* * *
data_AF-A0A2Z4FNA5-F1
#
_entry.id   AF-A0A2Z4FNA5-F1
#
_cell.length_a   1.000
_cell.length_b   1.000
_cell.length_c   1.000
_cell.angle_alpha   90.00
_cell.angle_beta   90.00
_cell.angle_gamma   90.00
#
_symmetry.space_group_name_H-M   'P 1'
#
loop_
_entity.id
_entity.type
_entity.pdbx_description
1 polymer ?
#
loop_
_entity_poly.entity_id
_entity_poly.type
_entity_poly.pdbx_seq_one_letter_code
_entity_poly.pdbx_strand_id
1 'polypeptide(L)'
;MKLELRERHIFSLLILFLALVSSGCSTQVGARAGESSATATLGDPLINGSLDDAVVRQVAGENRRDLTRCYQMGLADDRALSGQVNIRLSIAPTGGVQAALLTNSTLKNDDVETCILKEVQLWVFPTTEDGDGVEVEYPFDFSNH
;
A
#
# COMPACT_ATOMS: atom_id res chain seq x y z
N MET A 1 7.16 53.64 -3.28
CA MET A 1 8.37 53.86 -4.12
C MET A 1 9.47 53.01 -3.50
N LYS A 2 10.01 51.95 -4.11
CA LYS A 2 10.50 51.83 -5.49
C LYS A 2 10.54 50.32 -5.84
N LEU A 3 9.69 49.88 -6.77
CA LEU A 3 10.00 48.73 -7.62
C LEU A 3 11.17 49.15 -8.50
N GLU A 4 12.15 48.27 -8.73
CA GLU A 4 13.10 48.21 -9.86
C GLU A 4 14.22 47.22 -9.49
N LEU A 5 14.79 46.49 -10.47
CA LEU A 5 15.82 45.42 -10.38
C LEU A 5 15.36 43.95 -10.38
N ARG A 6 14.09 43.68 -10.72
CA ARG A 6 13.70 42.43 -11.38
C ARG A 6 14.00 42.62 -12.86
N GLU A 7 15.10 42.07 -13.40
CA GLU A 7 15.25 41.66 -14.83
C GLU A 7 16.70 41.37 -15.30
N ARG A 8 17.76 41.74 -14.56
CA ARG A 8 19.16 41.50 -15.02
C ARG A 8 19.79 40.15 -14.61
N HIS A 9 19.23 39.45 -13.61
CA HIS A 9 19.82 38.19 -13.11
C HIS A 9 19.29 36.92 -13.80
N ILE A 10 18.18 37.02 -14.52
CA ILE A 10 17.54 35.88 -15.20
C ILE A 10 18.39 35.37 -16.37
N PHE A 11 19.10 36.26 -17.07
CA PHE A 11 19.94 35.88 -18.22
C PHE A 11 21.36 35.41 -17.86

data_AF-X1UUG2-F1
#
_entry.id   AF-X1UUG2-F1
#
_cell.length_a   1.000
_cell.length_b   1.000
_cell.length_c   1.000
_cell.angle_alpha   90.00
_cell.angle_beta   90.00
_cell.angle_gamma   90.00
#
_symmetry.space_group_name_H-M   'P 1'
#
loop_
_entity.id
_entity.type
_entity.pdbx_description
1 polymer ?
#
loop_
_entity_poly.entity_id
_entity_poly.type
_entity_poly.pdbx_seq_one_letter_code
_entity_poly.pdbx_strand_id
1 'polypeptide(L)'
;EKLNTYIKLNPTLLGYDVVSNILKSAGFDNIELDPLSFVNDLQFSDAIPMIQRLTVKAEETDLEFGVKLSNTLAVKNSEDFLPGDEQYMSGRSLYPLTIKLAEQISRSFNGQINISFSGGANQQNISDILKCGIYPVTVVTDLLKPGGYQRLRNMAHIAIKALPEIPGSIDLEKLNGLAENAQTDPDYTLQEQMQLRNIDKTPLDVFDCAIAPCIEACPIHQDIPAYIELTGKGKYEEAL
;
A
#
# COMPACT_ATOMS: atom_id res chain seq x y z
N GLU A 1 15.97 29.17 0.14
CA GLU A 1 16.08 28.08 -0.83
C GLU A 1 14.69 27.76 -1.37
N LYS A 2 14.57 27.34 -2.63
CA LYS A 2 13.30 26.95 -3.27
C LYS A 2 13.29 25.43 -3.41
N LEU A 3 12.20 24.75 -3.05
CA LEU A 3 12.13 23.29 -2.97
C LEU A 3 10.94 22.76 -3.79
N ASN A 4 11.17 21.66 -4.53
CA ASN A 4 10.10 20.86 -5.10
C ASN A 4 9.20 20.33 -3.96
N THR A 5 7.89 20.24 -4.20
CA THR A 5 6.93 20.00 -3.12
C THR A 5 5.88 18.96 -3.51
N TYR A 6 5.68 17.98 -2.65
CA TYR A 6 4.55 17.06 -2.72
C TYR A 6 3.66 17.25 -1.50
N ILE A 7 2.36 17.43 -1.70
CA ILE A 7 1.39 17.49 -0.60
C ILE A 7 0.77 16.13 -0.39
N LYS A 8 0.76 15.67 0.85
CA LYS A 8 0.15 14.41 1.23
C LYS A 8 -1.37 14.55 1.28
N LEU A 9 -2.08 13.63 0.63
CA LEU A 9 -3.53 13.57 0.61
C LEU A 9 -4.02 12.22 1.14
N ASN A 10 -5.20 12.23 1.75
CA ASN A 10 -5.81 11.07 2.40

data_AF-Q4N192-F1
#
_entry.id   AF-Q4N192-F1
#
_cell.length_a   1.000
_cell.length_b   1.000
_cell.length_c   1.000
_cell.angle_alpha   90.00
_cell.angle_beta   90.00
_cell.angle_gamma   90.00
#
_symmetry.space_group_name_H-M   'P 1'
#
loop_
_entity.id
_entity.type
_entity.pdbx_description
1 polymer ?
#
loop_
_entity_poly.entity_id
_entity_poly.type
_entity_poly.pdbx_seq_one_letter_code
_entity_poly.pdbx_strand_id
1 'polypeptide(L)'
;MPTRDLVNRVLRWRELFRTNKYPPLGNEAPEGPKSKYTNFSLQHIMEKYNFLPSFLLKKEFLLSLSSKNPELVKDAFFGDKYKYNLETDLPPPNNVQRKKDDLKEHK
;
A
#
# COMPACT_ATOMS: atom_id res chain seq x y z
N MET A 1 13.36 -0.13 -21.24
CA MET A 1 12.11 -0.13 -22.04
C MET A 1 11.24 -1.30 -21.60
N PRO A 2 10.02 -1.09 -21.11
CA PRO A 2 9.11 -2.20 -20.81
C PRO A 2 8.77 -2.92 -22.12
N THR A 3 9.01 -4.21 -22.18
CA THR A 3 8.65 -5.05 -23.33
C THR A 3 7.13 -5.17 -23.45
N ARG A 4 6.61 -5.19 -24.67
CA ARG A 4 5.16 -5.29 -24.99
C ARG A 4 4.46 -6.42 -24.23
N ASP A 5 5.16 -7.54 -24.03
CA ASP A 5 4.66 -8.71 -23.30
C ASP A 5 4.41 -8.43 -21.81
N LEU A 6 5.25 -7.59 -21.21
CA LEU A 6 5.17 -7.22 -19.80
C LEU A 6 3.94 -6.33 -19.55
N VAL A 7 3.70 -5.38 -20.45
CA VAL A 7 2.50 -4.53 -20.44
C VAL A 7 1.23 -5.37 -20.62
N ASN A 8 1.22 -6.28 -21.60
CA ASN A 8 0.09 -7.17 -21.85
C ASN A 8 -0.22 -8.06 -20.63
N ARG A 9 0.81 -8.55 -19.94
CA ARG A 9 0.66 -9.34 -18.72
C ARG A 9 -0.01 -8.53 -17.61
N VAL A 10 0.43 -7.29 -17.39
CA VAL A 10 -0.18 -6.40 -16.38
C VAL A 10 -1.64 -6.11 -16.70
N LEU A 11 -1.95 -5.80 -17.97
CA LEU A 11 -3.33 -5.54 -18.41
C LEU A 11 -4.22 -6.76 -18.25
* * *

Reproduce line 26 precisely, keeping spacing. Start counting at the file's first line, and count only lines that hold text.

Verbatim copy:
;MKLELRERHIFSLLILFLALVSSGCSTQVGARAGESSATATLGDPLINGSLDDAVVRQVAGENRRDLTRCYQMGLADDRALSGQVNIRLSIAPTGGVQAALLTNSTLKNDDVETCILKEVQLWVFPTTEDGDGVEVEYPFDFSNH